Alumni of the Jackson Institute include graduates of the M.A. and B.A. in Global Affairs, the International Relations M.A. and the International Studies B.A. programs.
Class of 2002
Rob Berschinski is Senior Vice President for Policy at Human Rights First, where he works to advance a U.S. foreign policy rooted in a strong commitment to human rights, universal values, and American ideals.
Before joining Human Rights First, he served in the Obama Administration as Deputy Assistant Secretary of State for Democracy, Human Rights, and Labor. In that role, he was responsible for establishing and implementing U.S. government policies with respect to fundamental freedoms and democratic governance in 65 countries across Europe, Russia, Central Asia, and South Asia. He also served under Ambassador Samantha Power as Deputy Director of the U.S. Mission to the United Nations’ office in Washington, D.C.; worked as special assistant to then-Deputy Secretary of Defense Ash Carter; and spent three years as Director for Security and Human Rights Policy at the White House National Security Council. Berschinski earned his B.A. in Political Science and M.A. in International Relations from Yale University.
He recently talked to us about his career path, including his new role at Human Rights First.Read Full Bio
Particularly given what we know about the Trump administration’s approach to human rights, it’s going to be a fairly tough advocacy environment. This means that groups like mine need to partner with a broader range of partners, such as members of Congress who are proponents of human rights, foreign governments that speak to and hold our government accountable, and members of the business community that have increasingly taken a lead in human rights advocacy.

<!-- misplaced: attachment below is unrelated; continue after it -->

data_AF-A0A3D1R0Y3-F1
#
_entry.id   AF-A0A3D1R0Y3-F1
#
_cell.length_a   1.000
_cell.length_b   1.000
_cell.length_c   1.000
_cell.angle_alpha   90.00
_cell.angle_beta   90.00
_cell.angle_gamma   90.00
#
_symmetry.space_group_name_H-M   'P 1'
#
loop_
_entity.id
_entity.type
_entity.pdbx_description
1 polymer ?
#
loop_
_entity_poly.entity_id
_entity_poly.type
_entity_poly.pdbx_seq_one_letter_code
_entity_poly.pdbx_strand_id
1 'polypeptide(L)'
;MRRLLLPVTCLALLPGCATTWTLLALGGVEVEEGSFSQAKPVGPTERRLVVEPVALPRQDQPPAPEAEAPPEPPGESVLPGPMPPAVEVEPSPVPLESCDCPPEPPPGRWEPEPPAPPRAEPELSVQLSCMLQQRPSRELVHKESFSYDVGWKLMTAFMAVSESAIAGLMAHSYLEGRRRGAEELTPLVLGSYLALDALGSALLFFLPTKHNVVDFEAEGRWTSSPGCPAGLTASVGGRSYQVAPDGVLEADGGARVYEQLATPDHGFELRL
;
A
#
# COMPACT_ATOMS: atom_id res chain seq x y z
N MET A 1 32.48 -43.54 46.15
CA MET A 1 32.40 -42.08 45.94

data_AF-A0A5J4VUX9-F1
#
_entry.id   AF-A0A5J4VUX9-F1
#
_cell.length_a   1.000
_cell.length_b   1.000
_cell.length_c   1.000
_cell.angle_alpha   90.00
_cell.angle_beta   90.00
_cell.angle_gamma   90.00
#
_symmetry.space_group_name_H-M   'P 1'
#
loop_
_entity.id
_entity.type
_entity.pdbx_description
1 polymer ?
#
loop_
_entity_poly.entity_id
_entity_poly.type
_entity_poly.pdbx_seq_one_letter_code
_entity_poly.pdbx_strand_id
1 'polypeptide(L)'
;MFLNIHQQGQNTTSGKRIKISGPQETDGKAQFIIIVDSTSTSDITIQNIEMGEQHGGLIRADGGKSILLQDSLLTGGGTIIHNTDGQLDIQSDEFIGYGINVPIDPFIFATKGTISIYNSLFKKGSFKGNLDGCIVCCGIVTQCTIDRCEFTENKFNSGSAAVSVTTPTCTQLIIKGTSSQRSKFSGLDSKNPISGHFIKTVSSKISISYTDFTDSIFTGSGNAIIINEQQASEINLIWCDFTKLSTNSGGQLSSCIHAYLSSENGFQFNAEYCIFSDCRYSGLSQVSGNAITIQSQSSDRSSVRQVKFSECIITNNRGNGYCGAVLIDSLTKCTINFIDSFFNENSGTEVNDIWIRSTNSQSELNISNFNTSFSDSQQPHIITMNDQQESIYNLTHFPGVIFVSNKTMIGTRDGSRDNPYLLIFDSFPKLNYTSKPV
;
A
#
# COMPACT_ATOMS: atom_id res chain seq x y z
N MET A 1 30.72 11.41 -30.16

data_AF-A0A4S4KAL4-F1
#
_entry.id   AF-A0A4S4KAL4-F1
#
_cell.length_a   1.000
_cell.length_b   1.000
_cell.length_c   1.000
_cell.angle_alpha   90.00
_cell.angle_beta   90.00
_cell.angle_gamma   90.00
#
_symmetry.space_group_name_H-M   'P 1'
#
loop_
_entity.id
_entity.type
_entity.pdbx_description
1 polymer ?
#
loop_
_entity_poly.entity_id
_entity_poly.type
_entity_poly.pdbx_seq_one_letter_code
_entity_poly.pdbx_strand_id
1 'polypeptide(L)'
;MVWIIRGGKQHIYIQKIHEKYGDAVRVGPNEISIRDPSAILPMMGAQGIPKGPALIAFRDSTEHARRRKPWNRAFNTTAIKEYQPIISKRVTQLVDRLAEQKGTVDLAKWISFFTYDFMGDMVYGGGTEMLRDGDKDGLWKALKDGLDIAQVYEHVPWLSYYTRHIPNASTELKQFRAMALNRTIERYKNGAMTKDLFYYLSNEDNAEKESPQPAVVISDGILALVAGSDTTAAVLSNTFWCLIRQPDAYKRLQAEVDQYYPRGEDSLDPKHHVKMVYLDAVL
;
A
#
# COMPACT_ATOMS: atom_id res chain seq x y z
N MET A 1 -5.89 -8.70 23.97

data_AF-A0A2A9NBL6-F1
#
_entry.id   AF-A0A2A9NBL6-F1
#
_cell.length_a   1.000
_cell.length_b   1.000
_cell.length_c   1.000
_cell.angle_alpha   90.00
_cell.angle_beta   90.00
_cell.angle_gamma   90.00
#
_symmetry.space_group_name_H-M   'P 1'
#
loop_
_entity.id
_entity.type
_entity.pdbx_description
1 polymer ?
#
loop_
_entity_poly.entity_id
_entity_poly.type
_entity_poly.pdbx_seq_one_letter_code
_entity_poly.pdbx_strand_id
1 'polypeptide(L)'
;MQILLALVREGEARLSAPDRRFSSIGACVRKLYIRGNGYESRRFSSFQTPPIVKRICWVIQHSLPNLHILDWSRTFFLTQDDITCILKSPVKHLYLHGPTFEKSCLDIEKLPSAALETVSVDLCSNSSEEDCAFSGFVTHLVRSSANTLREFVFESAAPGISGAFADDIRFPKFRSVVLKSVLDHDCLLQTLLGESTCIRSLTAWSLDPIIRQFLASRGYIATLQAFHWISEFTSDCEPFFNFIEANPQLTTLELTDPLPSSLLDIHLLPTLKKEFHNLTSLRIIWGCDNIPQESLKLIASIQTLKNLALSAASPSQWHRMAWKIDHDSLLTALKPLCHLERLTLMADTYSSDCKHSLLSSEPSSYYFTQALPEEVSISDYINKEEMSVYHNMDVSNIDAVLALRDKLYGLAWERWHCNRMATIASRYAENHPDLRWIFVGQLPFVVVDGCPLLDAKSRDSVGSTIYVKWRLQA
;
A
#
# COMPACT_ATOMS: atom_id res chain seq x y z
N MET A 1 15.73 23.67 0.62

At the same time, there are different career models. There are people who are true experts in one field, and spend their entire careers in one place working on the same issue. I’ve found that these people are extremely valuable in terms of bringing a depth of expertise to the table. I’ve taken the career path of being a generalist, but I think you want both generalists and specialists to craft policy.
Class of 2016
Allison Cordell is a consultant with Deloitte Transactions and Business Analytics in the firm’s anti-money laundering practice. While at Yale, she focused her MA studies on anti-money laundering, countering organized crime and corruption, violence prevention and governance issues. She also served as the managing editor for articles for the Yale Journal of International Affairs. During the summer of 2015, she interned for the Ukrainian chapter of Transparency International, where she conducted anti-corruption research in support of the organization’s advocacy of reforms in Ukraine. Before Yale, Allison was a program assistant at the Mexico Institute of the Woodrow Wilson International Center for Scholars in Washington, D.C. In that role, she supported the Mexico Institute’s research agenda and conference coordination. Allison served in the Peace Corps in Guatemala, where she advised municipal authorities on improving efficiency and encouraged citizen participation in local development. Prior to that, she was an intern for the U.S. Department of State at the U.S. Embassy in Moscow. She received a BA in public policy studies (Phi Beta Kappa and summa cum laude) from Duke University.Read Full Bio
Class of 2013